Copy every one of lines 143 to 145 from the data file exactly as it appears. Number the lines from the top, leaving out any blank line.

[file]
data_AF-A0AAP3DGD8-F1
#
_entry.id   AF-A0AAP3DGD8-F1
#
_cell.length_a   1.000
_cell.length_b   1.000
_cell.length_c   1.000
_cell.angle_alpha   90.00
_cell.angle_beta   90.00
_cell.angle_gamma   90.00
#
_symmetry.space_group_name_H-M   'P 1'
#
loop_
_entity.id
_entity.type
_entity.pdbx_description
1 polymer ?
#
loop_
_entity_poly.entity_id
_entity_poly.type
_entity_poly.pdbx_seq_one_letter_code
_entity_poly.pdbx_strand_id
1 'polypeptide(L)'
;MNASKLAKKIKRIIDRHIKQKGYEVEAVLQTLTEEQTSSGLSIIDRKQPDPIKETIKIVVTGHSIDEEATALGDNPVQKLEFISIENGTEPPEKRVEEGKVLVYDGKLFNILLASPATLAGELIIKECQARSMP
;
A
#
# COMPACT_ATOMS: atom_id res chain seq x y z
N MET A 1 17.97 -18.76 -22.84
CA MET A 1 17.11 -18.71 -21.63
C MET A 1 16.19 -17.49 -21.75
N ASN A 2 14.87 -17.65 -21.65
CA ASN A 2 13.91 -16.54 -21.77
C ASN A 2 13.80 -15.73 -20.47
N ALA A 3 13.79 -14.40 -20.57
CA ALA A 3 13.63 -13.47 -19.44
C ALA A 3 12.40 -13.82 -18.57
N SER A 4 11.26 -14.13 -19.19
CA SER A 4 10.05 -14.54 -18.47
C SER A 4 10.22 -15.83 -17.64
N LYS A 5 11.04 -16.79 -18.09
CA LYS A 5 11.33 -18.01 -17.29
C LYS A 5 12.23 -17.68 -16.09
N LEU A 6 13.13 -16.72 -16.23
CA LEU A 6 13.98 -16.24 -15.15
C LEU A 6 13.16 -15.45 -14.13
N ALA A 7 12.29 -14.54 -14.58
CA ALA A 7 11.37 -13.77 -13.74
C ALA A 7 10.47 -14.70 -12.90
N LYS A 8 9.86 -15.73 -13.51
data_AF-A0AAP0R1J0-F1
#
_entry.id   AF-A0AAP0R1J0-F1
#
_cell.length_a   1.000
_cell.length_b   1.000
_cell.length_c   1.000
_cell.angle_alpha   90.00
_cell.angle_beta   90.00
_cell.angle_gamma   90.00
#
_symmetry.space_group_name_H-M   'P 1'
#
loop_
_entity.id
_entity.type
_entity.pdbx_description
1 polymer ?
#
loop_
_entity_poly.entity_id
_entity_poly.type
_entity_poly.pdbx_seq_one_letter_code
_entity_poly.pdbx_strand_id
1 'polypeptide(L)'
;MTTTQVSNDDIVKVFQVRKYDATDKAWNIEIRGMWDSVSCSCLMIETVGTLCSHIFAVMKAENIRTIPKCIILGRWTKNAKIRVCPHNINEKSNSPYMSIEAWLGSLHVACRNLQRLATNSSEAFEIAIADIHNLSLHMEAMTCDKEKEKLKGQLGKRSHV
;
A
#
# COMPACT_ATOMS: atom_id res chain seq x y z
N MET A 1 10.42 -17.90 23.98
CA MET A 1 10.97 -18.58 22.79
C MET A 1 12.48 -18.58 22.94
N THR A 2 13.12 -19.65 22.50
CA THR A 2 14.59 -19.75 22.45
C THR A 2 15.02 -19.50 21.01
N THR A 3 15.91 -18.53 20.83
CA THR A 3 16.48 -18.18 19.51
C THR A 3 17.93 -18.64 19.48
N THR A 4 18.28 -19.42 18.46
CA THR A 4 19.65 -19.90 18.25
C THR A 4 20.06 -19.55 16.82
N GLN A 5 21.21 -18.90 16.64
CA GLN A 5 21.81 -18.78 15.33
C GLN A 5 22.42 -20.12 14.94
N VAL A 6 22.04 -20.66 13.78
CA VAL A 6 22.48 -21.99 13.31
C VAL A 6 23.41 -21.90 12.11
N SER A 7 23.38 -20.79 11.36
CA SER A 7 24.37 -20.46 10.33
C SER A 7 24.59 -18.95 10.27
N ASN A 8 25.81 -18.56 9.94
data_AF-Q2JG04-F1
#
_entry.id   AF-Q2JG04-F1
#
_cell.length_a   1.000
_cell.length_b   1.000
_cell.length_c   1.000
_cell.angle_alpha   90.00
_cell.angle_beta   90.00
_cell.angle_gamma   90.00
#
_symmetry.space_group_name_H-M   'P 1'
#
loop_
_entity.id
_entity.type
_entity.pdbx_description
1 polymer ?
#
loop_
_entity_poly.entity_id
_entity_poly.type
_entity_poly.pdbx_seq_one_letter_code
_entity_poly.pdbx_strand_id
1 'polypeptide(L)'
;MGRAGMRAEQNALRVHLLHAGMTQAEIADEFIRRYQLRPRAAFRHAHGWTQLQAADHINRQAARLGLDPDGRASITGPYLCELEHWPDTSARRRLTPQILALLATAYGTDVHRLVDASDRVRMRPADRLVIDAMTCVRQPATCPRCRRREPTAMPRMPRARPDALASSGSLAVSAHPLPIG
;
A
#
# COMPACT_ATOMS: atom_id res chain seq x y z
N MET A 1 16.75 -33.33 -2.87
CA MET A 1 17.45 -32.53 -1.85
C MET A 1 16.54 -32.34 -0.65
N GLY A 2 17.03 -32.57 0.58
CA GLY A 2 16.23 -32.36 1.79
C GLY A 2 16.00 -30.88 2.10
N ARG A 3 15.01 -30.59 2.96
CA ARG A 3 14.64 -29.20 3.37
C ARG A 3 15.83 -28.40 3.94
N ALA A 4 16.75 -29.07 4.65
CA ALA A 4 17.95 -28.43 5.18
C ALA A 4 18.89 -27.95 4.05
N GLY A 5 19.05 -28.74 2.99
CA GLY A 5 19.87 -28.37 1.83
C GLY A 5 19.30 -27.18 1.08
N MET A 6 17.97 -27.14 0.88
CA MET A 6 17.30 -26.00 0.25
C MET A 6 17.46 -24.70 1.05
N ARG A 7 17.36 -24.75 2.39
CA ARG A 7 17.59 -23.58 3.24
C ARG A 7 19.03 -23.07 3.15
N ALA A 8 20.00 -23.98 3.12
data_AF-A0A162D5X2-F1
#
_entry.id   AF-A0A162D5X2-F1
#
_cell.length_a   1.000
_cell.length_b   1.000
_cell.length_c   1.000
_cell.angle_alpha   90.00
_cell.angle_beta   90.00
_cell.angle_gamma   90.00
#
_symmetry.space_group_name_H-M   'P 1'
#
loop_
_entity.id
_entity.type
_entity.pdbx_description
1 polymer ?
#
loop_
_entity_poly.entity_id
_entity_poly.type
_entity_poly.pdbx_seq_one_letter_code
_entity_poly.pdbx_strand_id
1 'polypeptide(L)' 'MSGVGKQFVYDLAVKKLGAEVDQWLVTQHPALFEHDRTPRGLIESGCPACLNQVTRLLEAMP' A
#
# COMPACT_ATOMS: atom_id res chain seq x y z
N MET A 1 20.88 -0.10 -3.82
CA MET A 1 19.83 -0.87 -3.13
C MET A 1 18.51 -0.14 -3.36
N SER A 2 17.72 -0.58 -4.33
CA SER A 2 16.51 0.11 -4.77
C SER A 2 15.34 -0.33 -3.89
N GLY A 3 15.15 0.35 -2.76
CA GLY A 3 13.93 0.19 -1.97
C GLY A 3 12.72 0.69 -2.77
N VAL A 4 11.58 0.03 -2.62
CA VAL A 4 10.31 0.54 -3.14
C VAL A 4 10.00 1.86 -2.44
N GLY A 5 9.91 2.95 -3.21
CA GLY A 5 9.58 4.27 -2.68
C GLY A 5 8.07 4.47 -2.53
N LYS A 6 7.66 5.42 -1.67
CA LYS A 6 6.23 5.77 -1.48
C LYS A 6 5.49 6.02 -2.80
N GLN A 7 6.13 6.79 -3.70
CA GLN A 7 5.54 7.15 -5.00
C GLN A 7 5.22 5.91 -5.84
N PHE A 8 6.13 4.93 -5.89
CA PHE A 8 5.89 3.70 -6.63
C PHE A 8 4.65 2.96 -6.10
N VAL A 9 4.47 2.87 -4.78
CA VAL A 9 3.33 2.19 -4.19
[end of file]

C ARG A 3 15.83 -28.40 3.94
N ALA A 4 16.75 -29.07 4.65
CA ALA A 4 17.95 -28.43 5.18